Surely God is in This Place: A dvar Torah for Transgender Day of Remembrance (Parashat Vayetzei)

In honor of Transgender Day of Remembrance, the author offers some insights into how we, as queer Jews and allies, can understand and connect with what it means to be transgender.In this Torah portion, Jacob takes on a new name, like many transgender people do. The fates of lesbian, gay, and bisexual people are bound up with those of transgender people. Jacob teaches us that the way to change the world is to see holiness, to name it, and to never forget.

November 7, 2007

By Vanessa "Vinny" Prell

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Parashat Vayetzei
Surely God is in This Place: A d’var Torah for Transgender Day of Remembrance
by Vanessa “Vinny” Prell on Saturday November 17, 2007
7 Kislev 5768
Genesis 28:10-32:3,Shabbat

Earlier this year I attended a workshop titled “We are all Transgender.” Although I do not believe that we really are all transgender, I would argue that “transgender” includes more than just people who want to have or have had sex reassignment surgery. As I use it, transgender is an umbrella term that includes transsexuals — people who have used surgery and hormones to change their sex — along with androgynous folk, those who identify between genders or with no gender, and others who don’t fit in to society’s expectations of gender. For me, this umbrella includes butch women, femme men, tomboys, and those of us who satirize gender. I fit into this description in several ways, so when I speak of transgender communities I say ‘we.’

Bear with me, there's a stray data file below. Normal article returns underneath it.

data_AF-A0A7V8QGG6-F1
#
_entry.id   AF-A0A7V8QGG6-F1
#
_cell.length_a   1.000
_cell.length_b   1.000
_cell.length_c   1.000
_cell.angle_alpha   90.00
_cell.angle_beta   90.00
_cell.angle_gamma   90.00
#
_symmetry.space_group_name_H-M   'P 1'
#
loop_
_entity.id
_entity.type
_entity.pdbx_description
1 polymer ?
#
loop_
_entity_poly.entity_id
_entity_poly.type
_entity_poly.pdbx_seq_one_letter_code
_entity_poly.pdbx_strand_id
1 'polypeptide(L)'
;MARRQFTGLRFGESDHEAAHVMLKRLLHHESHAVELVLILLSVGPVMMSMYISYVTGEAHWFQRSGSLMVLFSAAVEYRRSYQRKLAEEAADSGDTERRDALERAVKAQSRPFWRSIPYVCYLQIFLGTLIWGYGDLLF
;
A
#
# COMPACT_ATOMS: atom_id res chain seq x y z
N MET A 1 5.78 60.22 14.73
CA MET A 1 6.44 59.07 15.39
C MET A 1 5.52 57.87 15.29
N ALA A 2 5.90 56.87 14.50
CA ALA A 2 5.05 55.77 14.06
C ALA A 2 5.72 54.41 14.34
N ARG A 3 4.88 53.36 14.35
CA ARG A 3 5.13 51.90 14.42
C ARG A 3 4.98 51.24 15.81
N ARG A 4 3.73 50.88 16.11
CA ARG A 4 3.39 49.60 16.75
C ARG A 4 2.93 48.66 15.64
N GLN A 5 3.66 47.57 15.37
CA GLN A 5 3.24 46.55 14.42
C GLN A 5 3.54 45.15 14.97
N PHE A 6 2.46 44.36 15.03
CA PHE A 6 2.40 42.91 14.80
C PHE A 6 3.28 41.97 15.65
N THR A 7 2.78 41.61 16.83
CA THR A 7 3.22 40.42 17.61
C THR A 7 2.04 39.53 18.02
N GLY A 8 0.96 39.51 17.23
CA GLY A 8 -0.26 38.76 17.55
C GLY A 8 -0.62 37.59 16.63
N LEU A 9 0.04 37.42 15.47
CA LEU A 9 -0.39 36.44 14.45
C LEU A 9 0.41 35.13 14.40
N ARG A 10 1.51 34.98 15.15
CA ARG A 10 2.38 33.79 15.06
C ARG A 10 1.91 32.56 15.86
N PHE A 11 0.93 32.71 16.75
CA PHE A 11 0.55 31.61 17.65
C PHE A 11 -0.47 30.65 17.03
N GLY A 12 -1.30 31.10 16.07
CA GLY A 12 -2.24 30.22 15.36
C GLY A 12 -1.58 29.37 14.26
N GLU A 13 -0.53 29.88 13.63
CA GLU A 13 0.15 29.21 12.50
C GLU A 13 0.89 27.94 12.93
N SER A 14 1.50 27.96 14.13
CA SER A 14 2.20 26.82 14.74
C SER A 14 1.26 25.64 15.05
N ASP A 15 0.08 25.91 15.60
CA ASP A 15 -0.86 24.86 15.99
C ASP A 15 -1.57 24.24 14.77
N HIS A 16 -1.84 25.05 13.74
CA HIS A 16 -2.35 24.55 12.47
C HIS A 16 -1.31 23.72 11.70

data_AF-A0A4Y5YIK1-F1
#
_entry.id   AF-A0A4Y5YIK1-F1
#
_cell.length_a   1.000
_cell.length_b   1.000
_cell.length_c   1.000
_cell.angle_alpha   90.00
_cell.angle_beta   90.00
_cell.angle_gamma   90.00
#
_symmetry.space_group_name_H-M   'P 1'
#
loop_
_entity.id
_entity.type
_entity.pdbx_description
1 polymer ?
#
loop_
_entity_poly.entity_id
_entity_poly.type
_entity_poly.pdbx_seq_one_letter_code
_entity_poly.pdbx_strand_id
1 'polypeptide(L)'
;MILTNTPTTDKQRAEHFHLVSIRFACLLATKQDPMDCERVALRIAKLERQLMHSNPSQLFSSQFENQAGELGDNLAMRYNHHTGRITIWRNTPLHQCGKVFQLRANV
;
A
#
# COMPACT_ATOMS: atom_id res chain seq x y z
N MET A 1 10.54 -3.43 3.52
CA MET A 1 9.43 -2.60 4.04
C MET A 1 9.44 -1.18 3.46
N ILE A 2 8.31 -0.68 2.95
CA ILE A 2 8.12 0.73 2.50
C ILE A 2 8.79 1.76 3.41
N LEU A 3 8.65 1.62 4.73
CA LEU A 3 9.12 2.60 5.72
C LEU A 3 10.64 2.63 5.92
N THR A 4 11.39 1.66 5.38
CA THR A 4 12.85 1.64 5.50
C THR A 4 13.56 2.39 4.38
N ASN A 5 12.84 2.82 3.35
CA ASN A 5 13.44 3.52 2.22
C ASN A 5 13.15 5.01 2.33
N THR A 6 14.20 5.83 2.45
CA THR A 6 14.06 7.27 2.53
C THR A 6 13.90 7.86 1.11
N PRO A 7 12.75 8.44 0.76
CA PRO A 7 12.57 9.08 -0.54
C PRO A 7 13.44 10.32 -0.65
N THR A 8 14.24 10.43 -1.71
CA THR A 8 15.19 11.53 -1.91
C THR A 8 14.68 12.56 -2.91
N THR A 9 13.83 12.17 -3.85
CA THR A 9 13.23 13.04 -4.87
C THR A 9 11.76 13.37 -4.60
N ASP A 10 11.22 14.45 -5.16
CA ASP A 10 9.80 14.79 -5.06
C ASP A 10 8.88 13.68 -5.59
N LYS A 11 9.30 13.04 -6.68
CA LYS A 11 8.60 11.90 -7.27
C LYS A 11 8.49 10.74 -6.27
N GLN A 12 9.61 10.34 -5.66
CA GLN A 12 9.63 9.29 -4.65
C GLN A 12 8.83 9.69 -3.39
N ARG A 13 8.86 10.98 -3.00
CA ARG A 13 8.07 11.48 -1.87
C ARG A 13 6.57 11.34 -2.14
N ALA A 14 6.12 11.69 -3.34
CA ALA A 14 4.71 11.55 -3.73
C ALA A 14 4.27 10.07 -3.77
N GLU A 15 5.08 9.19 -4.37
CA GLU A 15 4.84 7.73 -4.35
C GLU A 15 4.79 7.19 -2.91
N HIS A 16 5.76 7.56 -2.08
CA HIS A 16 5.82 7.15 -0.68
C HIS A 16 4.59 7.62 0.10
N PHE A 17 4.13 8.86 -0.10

This week, as we commemorate  Transgender Day of Remembrance (officially on November 20, although community memorial events will vary), I want to share a little bit about how we, as queer Jews and allies, can understand and connect with what it means to be transgender. As a people, one of the ways we traditionally seek to understand something Jewish-ly is by turning to the Torah. With that in mind, I went to this week’s parasha to see how I might better explain and understand what it means to be transgender. At first glance, Parashat Vayetzei isn’t overflowing with relevance. It covers almost 20 years of Jacob’s life, beginning with this flight from his brother, Esau, and ending with his decision to return to his homeland. In Vayetzei, Jacob has his famous vision of the angels climbing a ladder to heaven, works 14 years to marry Rachel and Leah, fathers about 10 children, and grows substantially in wealth. While reading Vayetzei more closely, one passage caught my attention:

“Jacob woke from his sleep and said, surely God is in this place, and I did not know it!” Shaken, he said, “How awesome is this place! This is none other than the abode of God, and that is the gateway to heaven.” …Jacob named the site Beth-El; but previously the name of the city had been Luz.” (Genesis 28:16-18)